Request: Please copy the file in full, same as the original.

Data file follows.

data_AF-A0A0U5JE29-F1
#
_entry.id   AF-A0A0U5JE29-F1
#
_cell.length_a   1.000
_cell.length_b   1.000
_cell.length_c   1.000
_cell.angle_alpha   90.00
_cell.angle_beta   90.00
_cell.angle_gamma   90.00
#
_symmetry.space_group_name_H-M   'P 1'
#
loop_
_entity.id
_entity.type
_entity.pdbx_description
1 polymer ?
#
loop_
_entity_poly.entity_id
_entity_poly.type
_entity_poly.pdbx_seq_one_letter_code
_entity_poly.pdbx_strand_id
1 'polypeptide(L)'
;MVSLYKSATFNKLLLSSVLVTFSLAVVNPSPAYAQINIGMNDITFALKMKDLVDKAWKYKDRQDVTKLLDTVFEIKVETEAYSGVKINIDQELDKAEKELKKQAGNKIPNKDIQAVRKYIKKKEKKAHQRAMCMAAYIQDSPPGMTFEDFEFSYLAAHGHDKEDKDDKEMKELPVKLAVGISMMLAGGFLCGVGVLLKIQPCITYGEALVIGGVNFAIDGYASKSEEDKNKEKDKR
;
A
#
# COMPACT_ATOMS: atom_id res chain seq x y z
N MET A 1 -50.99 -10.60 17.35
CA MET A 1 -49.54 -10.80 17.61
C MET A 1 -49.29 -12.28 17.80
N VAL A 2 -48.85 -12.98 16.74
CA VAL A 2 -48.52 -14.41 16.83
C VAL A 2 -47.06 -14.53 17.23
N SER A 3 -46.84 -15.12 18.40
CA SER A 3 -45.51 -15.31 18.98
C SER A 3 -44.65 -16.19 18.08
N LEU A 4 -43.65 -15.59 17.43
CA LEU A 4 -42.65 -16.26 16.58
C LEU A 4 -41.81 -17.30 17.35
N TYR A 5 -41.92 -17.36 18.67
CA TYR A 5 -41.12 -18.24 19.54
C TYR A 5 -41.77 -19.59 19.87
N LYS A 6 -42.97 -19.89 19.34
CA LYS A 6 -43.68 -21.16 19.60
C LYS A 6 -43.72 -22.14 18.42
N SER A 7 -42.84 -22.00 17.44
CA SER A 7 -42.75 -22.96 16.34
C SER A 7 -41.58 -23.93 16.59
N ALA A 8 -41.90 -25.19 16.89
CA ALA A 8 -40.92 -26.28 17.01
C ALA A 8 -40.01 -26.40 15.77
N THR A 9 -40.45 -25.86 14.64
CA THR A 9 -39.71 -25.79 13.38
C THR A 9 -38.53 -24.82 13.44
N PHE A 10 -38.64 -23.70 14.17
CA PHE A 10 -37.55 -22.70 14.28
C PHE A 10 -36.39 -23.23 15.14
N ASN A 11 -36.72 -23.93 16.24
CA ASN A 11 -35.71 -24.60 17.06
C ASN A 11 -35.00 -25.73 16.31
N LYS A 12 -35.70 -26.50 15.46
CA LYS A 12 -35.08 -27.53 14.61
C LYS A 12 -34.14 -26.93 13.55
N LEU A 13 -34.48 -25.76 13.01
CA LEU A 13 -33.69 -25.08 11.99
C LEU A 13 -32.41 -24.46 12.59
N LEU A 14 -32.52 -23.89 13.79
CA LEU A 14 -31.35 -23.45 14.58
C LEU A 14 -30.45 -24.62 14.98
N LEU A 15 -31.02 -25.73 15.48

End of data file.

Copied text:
data_AF-A0A0U5JE29-F1
#
_entry.id   AF-A0A0U5JE29-F1
#
_cell.length_a   1.000
_cell.length_b   1.000
_cell.length_c   1.000
_cell.angle_alpha   90.00
_cell.angle_beta   90.00
_cell.angle_gamma   90.00
#
_symmetry.space_group_name_H-M   'P 1'
#
loop_
_entity.id
_entity.type
_entity.pdbx_description
1 polymer ?
#
loop_
_entity_poly.entity_id
_entity_poly.type
_entity_poly.pdbx_seq_one_letter_code
_entity_poly.pdbx_strand_id
1 'polypeptide(L)'
;MVSLYKSATFNKLLLSSVLVTFSLAVVNPSPAYAQINIGMNDITFALKMKDLVDKAWKYKDRQDVTKLLDTVFEIKVETEAYSGVKINIDQELDKAEKELKKQAGNKIPNKDIQAVRKYIKKKEKKAHQRAMCMAAYIQDSPPGMTFEDFEFSYLAAHGHDKEDKDDKEMKELPVKLAVGISMMLAGGFLCGVGVLLKIQPCITYGEALVIGGVNFAIDGYASKSEEDKNKEKDKR
;
A
#
# COMPACT_ATOMS: atom_id res chain seq x y z
N MET A 1 -50.99 -10.60 17.35
CA MET A 1 -49.54 -10.80 17.61
C MET A 1 -49.29 -12.28 17.80
N VAL A 2 -48.85 -12.98 16.74
CA VAL A 2 -48.52 -14.41 16.83
C VAL A 2 -47.06 -14.53 17.23
N SER A 3 -46.84 -15.12 18.40
CA SER A 3 -45.51 -15.31 18.98
C SER A 3 -44.65 -16.19 18.08
N LEU A 4 -43.65 -15.59 17.43
CA LEU A 4 -42.65 -16.26 16.58
C LEU A 4 -41.81 -17.30 17.35
N TYR A 5 -41.92 -17.36 18.67
CA TYR A 5 -41.12 -18.24 19.54
C TYR A 5 -41.77 -19.59 19.87
N LYS A 6 -42.97 -19.89 19.34
CA LYS A 6 -43.68 -21.16 19.60
C LYS A 6 -43.72 -22.14 18.42
N SER A 7 -42.84 -22.00 17.44
CA SER A 7 -42.75 -22.96 16.34
C SER A 7 -41.58 -23.93 16.59
N ALA A 8 -41.90 -25.19 16.89
CA ALA A 8 -40.92 -26.28 17.01
C ALA A 8 -40.01 -26.40 15.77
N THR A 9 -40.45 -25.86 14.64
CA THR A 9 -39.71 -25.79 13.38
C THR A 9 -38.53 -24.82 13.44
N PHE A 10 -38.64 -23.70 14.17
CA PHE A 10 -37.55 -22.70 14.28
C PHE A 10 -36.39 -23.23 15.14
N ASN A 11 -36.72 -23.93 16.24
CA ASN A 11 -35.71 -24.60 17.06
C ASN A 11 -35.00 -25.73 16.31
N LYS A 12 -35.70 -26.50 15.46
CA LYS A 12 -35.08 -27.53 14.61
C LYS A 12 -34.14 -26.93 13.55
N LEU A 13 -34.48 -25.76 13.01
CA LEU A 13 -33.69 -25.08 11.99
C LEU A 13 -32.41 -24.46 12.59
N LEU A 14 -32.52 -23.89 13.79
CA LEU A 14 -31.35 -23.45 14.58
C LEU A 14 -30.45 -24.62 14.98
N LEU A 15 -31.02 -25.73 15.48